Choosing where dollars are invested is critical, especially considering how tight finances have been the last four years. That being the case, many farms turn toward their highest input category — dairy feeds — to find opportunities to trim expenses.
At the Western Dairy Management Conference, the University of Illinois’ Mike Hutjens advised producers to evaluate ration ingredients and, especially, additives on the value they bring to the ration.
“We’re jerking out amino acids; we’re jerking out additives; we’re jerking out fat because the banker says, ‘Either give me more money or cut your costs,’” said Hutjens at the onset of his presentation.
Which should we include?
Hutjens reminded conference attendees of the Four R’s concept for determining the validity of additives and how well they fit the ration.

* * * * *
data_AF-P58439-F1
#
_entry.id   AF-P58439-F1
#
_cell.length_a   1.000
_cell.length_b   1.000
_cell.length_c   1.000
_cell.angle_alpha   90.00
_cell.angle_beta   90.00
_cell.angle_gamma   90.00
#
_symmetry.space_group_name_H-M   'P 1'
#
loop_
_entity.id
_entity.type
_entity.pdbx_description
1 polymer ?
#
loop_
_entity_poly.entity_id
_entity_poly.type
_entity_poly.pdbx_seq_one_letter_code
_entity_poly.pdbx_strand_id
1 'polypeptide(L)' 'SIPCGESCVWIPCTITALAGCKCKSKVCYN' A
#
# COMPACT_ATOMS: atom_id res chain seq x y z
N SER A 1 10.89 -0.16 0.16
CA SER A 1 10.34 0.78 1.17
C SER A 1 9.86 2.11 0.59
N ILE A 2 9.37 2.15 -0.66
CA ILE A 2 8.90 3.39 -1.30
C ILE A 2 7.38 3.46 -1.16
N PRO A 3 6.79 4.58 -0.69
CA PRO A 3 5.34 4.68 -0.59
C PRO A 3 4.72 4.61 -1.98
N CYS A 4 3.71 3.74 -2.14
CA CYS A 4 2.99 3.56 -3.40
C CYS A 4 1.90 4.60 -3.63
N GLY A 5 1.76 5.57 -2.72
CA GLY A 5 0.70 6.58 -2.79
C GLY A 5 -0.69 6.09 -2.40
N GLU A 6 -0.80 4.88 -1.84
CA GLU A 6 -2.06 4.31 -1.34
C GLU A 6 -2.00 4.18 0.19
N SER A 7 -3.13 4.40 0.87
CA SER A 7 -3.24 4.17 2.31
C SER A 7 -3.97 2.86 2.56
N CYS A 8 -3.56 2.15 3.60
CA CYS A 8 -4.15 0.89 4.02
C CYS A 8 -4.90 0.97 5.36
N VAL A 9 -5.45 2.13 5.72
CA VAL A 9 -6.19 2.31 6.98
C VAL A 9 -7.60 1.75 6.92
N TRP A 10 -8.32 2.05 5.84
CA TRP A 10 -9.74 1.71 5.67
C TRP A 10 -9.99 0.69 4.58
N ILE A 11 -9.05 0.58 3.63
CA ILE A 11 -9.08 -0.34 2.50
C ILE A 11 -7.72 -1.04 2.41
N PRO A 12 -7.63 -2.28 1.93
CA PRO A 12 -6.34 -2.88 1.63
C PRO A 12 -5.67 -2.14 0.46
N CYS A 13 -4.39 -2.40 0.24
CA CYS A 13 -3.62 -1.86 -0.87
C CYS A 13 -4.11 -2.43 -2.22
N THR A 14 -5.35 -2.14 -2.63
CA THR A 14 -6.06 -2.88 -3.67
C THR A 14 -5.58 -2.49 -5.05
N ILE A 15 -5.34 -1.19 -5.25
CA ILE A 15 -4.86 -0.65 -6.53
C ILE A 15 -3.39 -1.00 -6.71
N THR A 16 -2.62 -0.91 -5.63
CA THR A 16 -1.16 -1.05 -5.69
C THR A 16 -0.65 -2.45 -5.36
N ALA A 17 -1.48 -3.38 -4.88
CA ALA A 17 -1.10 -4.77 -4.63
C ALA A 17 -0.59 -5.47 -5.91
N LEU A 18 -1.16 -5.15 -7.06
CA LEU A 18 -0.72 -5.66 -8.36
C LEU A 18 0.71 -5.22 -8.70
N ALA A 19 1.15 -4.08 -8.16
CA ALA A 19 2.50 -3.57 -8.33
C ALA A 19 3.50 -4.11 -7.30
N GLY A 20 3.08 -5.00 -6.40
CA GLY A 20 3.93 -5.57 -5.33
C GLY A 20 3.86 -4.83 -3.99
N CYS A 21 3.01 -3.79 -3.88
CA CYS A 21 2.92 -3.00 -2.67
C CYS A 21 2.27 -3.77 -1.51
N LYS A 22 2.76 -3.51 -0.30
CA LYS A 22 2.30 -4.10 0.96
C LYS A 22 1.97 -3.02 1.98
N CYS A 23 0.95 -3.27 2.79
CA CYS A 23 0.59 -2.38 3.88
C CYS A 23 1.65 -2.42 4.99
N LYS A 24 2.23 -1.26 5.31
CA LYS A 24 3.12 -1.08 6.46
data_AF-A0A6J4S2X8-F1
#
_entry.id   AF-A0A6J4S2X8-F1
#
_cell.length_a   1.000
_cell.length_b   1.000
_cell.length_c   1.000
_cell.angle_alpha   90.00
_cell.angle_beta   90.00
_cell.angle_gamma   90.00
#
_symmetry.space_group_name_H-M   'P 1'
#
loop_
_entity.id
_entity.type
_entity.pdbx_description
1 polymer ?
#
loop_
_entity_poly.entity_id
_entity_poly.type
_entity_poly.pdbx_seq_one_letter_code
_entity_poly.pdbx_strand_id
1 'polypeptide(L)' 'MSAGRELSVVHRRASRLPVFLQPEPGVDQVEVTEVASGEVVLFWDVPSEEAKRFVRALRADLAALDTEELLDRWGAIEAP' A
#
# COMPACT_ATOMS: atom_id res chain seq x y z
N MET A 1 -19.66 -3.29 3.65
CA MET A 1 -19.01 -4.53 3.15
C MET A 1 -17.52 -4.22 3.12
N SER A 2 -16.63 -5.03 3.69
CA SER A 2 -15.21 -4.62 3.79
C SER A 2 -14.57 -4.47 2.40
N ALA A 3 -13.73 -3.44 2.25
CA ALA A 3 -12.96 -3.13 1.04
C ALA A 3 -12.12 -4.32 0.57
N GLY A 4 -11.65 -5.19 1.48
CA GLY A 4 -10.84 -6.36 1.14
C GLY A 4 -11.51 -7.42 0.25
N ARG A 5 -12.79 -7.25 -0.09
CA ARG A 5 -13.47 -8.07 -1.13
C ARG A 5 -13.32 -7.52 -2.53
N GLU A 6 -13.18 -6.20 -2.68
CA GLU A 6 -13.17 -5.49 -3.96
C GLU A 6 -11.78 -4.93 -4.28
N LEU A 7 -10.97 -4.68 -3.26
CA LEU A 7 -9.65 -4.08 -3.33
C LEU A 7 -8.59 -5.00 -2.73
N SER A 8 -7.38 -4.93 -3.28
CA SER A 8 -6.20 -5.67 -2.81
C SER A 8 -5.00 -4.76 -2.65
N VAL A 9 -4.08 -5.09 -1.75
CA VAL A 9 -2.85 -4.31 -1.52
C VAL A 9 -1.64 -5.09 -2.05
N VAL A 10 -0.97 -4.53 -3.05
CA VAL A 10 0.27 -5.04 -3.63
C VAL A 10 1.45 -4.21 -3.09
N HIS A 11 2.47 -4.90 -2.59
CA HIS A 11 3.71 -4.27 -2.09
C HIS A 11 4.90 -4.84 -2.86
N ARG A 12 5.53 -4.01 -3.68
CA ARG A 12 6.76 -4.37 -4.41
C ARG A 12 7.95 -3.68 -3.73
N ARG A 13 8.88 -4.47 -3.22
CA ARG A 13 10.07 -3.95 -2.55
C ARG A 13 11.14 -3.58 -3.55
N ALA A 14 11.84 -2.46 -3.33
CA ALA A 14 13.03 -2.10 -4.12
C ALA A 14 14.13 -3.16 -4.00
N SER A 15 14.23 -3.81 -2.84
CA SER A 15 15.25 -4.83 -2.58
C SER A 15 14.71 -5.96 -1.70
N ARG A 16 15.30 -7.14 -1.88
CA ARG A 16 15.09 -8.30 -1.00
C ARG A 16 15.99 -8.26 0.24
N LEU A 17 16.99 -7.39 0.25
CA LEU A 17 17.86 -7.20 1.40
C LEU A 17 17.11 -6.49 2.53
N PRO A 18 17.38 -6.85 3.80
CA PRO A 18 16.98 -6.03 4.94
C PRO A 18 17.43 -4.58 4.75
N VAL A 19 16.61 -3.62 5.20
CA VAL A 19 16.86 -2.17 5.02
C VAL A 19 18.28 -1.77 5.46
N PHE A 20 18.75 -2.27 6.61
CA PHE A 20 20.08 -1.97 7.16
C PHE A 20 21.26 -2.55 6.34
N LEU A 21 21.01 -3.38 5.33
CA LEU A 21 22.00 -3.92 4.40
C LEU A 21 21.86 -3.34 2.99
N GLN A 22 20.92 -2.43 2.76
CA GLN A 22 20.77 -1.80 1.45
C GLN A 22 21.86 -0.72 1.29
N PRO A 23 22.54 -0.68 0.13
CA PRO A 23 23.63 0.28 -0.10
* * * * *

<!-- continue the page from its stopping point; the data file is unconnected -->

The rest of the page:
Response. How does it work and will it work on your farm?
Return. What is the benefit to cost ratio?
Research. Is there peer-reviewed or strong research backing the product?
Records. Can its effectiveness be evaluated on the farm?
This isn’t a new method, but the four points still remain the best four areas to consider when discussing an additive.
“I’d start with monensin; that’s a slam dunk,” Hutjens said. “You can expect a slight decrease in dry matter intake in mid- and late-lactation cows, you can see butterfat tests go down a little bit, feed efficiency go up, and a slight change in the milkfat.”
In addition to monensin for lactating cows, Hutjens suggested considering yeast and yeast cultures, sodium bicarbonate, silage inoculants, organic trace minerals, and biotin. Although, not all of these may fit your farm or financial goals, they are a good starting point for consideration.